Thomas Merton just emailed me.

I love getting messages from Thomas Merton. He always knows just what I need to hear.

Check this out…

There is a pervasive form of contemporary violence, and that is activism and overwork. The rush and pressure of modern life are a form, perhaps the most common form, of this innate violence. To allow oneself to be carried away by a multitude of conflicting concerns, to surrender to too many demands, to commit oneself to too many projects, to want to help everyone and everything, is to succumb to violence. The frenzy of our activism neutralizes our work for peace. It destroys our own inner capacity for peace because it kills the root of inner wisdom which makes work fruitful.

  • Facebook
The most rebellious album I've heard all year.
Number 10,000
My 10,000th Tweet is An Announcement.
Thank you, Mr. Rogers.
About Jeffrey Overstreet

Jeffrey Overstreet departed the Patheos network in order to escape click-bait advertisements that were offending him and his readers. He will re-launch Looking Closer at lookingcloser.org soon. He is the author of The Auralia Thread, a four-volume fantasy series that begins with Auralia's Colors, and a memoir of "dangerous moviegoing" called Through a Screen Darkly. He teaches creative writing and film studies; speaks internationally about art and faith; served as Writer-in-Residence at Covenant College; and is employed by Seattle Pacific University as a project manager, copyeditor, and writer.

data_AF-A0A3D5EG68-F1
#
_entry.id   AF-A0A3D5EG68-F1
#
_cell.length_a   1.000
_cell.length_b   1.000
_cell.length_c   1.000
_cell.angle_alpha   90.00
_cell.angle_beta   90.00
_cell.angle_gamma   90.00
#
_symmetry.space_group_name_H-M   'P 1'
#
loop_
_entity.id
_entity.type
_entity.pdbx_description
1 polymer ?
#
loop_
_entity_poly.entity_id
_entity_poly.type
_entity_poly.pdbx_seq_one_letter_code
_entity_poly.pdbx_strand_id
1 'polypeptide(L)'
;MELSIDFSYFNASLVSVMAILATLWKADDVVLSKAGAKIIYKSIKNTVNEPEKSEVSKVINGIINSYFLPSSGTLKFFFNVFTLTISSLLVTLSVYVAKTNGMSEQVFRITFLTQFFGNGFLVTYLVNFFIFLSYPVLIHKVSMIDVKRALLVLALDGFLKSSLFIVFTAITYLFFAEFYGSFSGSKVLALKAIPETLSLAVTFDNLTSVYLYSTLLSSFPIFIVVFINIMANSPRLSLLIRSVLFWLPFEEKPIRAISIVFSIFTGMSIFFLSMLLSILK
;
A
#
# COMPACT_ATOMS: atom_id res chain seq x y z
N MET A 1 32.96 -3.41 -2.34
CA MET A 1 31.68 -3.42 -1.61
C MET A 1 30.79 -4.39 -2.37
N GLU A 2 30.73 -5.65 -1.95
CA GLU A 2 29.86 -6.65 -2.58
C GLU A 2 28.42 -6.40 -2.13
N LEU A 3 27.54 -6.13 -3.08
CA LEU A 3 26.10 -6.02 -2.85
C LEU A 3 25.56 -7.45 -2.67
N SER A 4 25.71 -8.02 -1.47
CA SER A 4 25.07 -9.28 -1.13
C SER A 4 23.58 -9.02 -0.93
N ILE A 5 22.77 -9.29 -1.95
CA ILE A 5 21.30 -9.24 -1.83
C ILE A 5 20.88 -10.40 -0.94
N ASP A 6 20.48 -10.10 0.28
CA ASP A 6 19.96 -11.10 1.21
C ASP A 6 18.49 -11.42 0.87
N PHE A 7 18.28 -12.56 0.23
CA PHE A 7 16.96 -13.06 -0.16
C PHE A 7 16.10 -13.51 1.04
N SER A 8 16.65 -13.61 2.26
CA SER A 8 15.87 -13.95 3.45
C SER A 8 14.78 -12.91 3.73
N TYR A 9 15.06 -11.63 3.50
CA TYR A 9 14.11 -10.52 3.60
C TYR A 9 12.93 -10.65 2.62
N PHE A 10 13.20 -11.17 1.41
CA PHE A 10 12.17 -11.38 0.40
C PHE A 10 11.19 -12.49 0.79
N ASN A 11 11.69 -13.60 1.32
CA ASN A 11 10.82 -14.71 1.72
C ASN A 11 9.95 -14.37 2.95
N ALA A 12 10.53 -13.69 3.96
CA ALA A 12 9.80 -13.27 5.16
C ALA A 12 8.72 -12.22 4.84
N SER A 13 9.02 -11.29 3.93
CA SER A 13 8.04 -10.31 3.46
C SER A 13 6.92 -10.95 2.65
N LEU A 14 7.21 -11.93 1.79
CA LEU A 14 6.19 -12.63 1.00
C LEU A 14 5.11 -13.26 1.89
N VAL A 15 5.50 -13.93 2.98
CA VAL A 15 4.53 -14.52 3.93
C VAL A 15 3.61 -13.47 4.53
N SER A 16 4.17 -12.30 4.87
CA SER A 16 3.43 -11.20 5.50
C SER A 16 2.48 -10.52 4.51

• http://mark-t-ingham.com/blog/ Mayrock

    This is so good. Thanks for posting it. Everything about the way this modern world is ordered, is to drive us on incessantly — so that we don’t have time to stop, reflect, think and appreciate (that stopping which seems to be the very heart of worship). There’s a song by the band Rush I’ve always loved that addresses this issue called “Time Stand Still.” It grapples with that frustrating feeling of always being driven forward like a herd of cattle.


CLOSE | X

HIDE | X